As we move slowly into convention season, there is kind of a dearth of interesting comics news to work through some weeks. Oh sure, we could weigh in on Marvel’s comments at ComicsPRO that the reason their sales are down is because of DC shipping cheaper books, but that’s a little inside baseball even for us. And besides: we all know that the people at Marvel will say absolutely anything if it means Issac Perlmutter turns his Sauron doom-eye back toward Kevin Feige.

So this week, we stick with talking this weeks’ comics, including:

  • Justice League of America #1, written by Steve Orlando with art by Ivan Reis,
  • Darkness Visible #1, written by Mike Carey and Arvind Ethan David with art by Brendan Cahill,
  • The Old Guard #1, written by Greg Rucka with art by Leandro Fernandez
  • Hulk #3, written by Mariko Tamaki with art by Nico Leon, and:
  • The Amazing Spider-Man #24, written by Dan Slott and Christos Gage with art by Giuseppe Camuncoli!

However, the disclaimers:

  • This show contains spoilers. If you don’t want to know how many of this week’s comic books actually feature The Hulk (hint: it’s one fewer than you’d think!), then consider yourself forewarned.
  • This show contains adult, profane language, and is therefore not safe for work. Let’s just say that Rob curses enough about The Clone Conspiracy this week to make the phrase “Ben Reilly” an obscenity by association. So consider using earbuds.

Thanks for listening, suckers!

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Let me let you in on a dirty little secret of mine: when I was a child, I had no imaginary friends.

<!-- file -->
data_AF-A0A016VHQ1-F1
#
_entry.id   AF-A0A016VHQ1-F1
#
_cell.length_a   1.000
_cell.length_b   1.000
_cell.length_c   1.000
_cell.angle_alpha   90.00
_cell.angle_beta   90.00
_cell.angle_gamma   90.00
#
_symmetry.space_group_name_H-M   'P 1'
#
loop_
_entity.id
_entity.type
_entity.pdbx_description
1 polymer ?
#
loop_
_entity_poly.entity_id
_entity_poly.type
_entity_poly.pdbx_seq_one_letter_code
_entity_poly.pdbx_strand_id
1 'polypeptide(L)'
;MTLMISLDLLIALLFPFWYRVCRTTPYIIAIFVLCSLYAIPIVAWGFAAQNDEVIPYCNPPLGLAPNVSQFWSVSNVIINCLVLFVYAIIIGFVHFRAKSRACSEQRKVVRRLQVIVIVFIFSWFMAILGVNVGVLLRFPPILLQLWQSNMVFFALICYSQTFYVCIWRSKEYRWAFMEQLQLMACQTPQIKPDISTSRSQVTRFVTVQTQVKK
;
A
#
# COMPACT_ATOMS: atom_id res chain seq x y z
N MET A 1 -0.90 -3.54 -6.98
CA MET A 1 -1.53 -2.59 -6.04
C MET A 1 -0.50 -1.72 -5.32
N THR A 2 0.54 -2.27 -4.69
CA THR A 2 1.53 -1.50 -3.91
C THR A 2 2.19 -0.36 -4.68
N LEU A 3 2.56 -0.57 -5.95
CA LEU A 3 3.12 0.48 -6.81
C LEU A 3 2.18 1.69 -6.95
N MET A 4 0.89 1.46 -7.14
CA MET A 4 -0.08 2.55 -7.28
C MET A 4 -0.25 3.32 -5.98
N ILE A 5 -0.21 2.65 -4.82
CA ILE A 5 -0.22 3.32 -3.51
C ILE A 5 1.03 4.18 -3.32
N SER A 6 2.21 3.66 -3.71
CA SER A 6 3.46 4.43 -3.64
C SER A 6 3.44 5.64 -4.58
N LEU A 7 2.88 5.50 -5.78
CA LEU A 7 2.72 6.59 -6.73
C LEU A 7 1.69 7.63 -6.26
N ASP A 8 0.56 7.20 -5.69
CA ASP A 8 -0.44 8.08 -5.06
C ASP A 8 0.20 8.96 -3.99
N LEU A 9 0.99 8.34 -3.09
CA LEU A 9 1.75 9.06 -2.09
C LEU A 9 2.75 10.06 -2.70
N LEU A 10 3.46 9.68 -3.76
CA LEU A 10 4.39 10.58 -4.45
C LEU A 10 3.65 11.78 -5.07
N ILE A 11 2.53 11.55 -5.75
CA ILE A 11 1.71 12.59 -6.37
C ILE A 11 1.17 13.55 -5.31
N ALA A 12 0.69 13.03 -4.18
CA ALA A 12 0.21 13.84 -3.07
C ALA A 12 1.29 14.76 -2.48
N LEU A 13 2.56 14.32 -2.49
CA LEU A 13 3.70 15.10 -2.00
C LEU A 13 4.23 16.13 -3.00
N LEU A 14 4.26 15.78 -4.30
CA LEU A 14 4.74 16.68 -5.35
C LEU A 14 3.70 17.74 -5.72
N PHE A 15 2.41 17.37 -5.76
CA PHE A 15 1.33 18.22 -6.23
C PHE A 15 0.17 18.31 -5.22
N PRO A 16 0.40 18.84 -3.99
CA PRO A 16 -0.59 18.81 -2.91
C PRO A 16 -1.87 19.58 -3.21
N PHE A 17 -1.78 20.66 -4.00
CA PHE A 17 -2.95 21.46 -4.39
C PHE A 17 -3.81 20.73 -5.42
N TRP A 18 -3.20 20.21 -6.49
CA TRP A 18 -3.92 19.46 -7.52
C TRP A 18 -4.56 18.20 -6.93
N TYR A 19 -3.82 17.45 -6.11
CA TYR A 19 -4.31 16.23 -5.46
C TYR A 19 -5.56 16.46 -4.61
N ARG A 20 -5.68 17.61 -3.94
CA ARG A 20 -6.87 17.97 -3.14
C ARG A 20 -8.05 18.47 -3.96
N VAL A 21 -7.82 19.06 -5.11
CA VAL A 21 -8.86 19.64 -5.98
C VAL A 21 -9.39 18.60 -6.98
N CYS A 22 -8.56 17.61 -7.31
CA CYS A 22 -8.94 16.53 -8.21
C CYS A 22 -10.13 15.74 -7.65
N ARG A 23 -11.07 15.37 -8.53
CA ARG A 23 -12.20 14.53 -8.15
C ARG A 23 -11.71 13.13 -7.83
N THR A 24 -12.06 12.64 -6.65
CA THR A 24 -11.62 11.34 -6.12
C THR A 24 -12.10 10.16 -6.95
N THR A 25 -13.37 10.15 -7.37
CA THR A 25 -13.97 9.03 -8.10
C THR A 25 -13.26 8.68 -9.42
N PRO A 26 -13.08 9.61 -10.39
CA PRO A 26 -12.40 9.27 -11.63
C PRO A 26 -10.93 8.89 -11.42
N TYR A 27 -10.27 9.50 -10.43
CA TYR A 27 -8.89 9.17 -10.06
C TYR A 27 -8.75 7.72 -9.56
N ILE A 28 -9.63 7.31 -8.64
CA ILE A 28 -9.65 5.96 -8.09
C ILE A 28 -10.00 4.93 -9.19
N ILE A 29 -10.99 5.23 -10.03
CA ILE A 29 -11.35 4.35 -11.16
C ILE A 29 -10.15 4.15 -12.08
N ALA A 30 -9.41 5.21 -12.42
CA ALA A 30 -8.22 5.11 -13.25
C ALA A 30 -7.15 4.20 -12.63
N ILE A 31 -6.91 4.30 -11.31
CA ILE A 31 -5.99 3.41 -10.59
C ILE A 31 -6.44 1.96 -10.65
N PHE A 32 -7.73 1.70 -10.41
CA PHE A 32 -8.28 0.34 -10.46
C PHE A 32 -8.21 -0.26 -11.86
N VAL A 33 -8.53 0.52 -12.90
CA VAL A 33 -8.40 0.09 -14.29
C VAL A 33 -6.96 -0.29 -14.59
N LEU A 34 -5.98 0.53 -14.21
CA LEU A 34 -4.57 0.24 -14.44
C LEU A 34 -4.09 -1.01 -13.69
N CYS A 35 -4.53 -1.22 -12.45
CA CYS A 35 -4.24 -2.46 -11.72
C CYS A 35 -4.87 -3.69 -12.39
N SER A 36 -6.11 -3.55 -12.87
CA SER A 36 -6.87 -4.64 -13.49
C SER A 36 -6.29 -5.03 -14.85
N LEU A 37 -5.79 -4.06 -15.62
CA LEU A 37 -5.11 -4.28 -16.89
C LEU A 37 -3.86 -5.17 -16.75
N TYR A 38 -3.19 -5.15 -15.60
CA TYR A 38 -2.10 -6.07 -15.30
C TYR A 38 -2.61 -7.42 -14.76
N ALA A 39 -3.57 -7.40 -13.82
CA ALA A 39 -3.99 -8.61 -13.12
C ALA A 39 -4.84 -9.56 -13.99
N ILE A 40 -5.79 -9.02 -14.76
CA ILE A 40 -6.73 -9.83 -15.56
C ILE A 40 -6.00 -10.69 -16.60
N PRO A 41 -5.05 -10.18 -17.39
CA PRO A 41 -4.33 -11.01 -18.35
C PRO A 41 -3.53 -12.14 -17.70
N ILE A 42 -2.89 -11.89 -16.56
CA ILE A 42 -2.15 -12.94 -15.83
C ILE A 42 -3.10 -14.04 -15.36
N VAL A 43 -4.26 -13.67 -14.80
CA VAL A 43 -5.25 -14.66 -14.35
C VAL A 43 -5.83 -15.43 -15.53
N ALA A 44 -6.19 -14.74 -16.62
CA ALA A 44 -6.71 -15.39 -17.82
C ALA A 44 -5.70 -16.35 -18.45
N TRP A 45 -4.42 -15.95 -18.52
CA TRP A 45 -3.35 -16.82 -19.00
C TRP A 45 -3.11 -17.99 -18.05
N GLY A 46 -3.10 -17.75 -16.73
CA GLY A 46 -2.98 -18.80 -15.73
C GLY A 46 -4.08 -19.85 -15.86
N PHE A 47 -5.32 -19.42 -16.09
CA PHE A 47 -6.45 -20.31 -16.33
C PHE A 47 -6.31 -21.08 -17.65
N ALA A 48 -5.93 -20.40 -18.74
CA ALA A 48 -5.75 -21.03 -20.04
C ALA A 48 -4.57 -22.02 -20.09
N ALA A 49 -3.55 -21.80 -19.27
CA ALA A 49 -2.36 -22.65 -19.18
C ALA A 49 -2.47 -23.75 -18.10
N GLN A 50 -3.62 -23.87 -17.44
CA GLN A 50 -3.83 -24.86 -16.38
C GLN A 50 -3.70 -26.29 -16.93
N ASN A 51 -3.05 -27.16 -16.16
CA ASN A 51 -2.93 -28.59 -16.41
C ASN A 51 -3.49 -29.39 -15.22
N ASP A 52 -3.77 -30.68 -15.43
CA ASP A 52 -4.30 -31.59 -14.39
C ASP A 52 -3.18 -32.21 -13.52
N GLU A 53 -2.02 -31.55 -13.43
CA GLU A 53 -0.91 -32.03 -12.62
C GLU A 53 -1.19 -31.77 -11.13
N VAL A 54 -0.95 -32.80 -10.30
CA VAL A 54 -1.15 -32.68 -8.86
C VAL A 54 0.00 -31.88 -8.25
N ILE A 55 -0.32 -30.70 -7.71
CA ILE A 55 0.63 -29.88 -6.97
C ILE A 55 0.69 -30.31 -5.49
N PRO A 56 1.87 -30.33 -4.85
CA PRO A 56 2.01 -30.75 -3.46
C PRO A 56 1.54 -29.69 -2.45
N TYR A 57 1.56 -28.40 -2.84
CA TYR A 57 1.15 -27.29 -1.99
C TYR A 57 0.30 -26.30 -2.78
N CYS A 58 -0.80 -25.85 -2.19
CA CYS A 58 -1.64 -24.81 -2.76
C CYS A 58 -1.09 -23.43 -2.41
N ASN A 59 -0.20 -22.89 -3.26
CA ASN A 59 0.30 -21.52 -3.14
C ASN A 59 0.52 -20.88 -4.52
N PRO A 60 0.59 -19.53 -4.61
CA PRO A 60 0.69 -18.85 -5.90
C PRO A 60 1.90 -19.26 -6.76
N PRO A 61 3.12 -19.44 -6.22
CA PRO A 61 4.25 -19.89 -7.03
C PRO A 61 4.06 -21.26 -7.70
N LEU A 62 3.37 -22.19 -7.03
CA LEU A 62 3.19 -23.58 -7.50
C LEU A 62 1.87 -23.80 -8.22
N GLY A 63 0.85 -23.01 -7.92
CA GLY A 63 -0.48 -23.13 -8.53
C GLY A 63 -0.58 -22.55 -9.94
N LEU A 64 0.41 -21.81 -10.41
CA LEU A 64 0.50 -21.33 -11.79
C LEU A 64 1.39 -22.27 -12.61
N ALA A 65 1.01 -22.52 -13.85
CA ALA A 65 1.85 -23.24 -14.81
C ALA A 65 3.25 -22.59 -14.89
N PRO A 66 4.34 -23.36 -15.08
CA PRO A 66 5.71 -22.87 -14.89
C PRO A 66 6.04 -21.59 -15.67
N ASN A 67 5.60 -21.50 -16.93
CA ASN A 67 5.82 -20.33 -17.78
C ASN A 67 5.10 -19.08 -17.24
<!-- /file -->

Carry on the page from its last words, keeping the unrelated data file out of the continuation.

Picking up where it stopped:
“Yes, and?” I hear you saying. Also hearing things like “Big deal.” Ok, stay with me.

As a child myself, I would see the idea of imaginary friends all the time in movies or tv shows for kids. Some darling little urchin would get so involved in a world of their own building that they’d be swept away into The Land Of Make Believe, some magical place set up by their own brain that felt so real as to be so. Calvin had his Hobbes. Big Bird had Mr. Snuffleupagus (until the Stranger Danger hysteria, anyway). The kids in The Lion, The Witch, And The Wardrobe cartoon had their group hallucination…whatever that was. But me? No matter how hard I tried to make it so, every time I opened up my closet hoping to find a mystic realm, all I found was a pile of laundry. Oh, and some dry dog food a mouse had been hoarding from my dog’s food dish. The hard slap of reality, brought to me by Purina.

So, I turned to books for my escape.

Then, with a little assist from somebody else’s printed words, I could lose myself for days or weeks at a time in an alternate world, surrounded by characters as vivid and real as any I’d have to actually interact with in the real world. Even now, a good book, or even better, series of books, is still my escapist avenue of choice. The characters in the books didn’t contribute to my bad day and their world is not the one with the problems I’m trying to avoid. What’s not to like?

But, in the end, I know when to put the book down. Whatever I’m avoiding, needs to be dealt with. Bills paid; bosses appeased. Someone has to be there to put Rob to bed when he falls asleep on the couch watching old pro wrestling documentaries, preferably before he spills beer on the couch.

So, what does this have to do with The Unwritten #37, written by Mike Carey with layouts by Peter Gross?

A look into the crazy world of Twihards…and comic book spoilers…after the jump!

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